If you’re like me and L-O-V-E to travel (which I assume you do since you’re reading my blog), a fun thing to do is attend a travel show. If you’ve never been to one, you should go at least once to experience all that a travel show has to offer.
I live in the Washington, DC area (Northern Virginia, to be exact) and have attended the DC Travel & Adventure Show twice so far. The first time, I went with one of my best friends who also enjoys traveling. We had a great time walking around, seeing and talking to the vendors. We even ended up booking a girl’s weekend trip to New York City.
I really enjoyed the show, especially the 2nd time I went, but these types of shows can be overwhelming if you don’t know what to expect.
If you decide you want to attend one near you, a little bit of advanced planning will help you make the most of your experience.
6 WAYS TO GET THE MOST FROM A TRAVEL SHOW
1. Check out the show website to get a broad overview of the event. Learn what dates and times the show will be in the area, the location of the venue, if there is parking nearby or a metro/bus stop, the cost per ticket, and what and what the show offers.
The DC Travel & Adventure Show has something for everyone: vendors that offer information about trips in the U.S. and abroad; activities for kids such as Segway rides and a climbing wall; seminars throughout the day presented by well-known travel celebrities such as Rick Steves and Samantha Brown; cultural entertainment; food and drinks.
2. Decide whether you want to attend alone or with others (spouse/ friend/ family). It may sound odd, but this decision can definitely affect your travel show experience, either positively or negatively. How? Let me explain.
- If you go with another person who enjoys travel as much as you do, great! You’ll have a wonderful time exploring, listening to the speakers, and sharing the experience.
- If you go with someone who isn’t interested in travel, he/she may get bored, not enjoy the show, and want to leave early.
As I mentioned, the first time I attended the DC Travel & Adventure Show, I went with a friend who liked to travel. We had a great time. This year, I asked two different friends to go with me. Although neither one of my friends was able to attend, it actually worked out for the best for me.
Why? Before attending the show, I looked at the show itinerary; specifically, the speaker schedule. As it turned out, there were speakers that I wanted to see throughout the day. Although I would’ve loved to hang out with either (or both) of my friends who I invited, I knew that neither of them would have wanted to stay at the show all day. I ended up going to the show alone, wandered around at my leisure, met a lot of other travel lovers, saw the speakers I wanted to see, and thoroughly enjoyed the day.
3. Decide how you are going to get to the show. Most shows are held at venues that are close to bus routes, a metro/subway stop, and parking. Every year, the DC Travel & Adventure Show was held at the Washington Convention Center in downtown DC. Despite the fact that there was a metro stop a few blocks away, for some reason I decided to drive. BAD. IDEA.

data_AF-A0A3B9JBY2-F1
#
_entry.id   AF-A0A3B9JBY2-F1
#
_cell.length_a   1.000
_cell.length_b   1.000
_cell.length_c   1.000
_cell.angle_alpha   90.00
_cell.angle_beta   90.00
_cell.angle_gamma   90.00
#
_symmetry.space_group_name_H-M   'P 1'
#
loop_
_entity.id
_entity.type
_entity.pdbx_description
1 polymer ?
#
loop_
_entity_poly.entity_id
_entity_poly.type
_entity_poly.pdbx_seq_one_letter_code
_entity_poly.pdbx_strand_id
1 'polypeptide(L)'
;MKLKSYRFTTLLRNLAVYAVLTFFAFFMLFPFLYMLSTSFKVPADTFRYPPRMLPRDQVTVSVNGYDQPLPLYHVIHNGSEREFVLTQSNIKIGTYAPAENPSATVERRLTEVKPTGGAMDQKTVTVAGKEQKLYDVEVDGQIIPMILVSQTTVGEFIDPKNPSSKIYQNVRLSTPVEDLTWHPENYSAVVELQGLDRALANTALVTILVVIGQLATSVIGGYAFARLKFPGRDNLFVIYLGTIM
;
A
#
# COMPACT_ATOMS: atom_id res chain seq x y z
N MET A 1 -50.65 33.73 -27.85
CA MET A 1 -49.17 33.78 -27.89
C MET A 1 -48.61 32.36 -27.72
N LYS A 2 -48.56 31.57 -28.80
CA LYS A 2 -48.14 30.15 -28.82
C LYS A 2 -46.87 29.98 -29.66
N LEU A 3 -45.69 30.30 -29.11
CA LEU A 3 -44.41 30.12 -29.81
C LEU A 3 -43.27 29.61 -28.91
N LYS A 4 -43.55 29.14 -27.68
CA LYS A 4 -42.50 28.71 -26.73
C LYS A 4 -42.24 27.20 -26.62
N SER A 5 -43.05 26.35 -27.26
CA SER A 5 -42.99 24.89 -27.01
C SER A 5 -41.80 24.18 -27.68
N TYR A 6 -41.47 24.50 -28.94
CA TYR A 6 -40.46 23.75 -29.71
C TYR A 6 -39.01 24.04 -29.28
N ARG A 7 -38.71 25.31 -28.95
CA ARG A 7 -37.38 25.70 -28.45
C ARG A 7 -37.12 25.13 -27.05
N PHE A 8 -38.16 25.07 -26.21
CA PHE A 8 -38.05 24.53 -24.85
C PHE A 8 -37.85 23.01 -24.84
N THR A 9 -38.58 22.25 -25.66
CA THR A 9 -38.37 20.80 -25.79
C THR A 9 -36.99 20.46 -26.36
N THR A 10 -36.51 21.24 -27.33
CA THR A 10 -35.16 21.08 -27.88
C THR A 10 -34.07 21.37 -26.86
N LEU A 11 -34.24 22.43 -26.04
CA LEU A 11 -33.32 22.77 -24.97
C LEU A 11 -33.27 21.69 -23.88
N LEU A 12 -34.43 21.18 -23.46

I got to DC without incident, then proceeded to drive around for 45 minutes looking for parking. My persistence (born out of necessity) paid off and as I was going around the block to a parking garage whose entrance I missed when I first drove by, I came across an even cheaper garage. (Score!) It only cost me $7 to park for the day…unheard of in DC. However, driving vs. taking the metro cost me a lot in time and stress and caused me to miss seeing a speaker that I had been looking forward to seeing. Lesson learned.
4. Buy your ticket online in advance. Travel shows typically have hundreds if not thousands of attendees, which can mean long ticket lines. To avoid those lines, buy your ticket online and either (1) print it out and take it with you or (2) save the email receipt on your phone so it can be scanned once you arrive. Buying your ticket in advance can also save you money since advance ticket purchases usually cost less than tickets purchased at the door. Shorter lines, less money. It’s a win-win.
5. Download the show app (if one is available). With the availability of apps for anything you can think of, event planners have begun offering apps for travel shows. I used one this year and it was a huge help (and it was FREE!) The app featured the show floor plan, a list of vendors, the speaker schedule, and other helpful info.
The “speaker schedule” feature was great. It allowed me to see who was scheduled to speak, what time(s) and days(s), and at what stage. It also allowed me to bookmark the presentations that I wanted to see. Then, when it came close to the time for a presentation to begin, I received a reminder. It’s easy to lose track of time with everything going on, so I highly recommend using a show app if one is offered.
6. Immerse yourself, live in the moment, and enjoy the show! Since I attended this year’s show by myself, I was able to fully be in the moment the entire time I was there.
I met Pauline Frommer (of Frommer’s Travel Guides) at the Meet & Greet table and
was able to speak with her for a few minutes and get some pictures taken with her as well.
I got some pictures taken at the Travel Channel booth for free (“Say Cheese!”).
I saw the speakers I wanted to see, including Rick Steves.
I hope these tips help you enjoy the next travel show you attend. Have you ever attended a travel show? If so, what was your favorite part? What was your least favorite park? Please share your experience in the comments below. I’d love to hear from you!
As always, wishing you awesome travels,
A Traveling Broad
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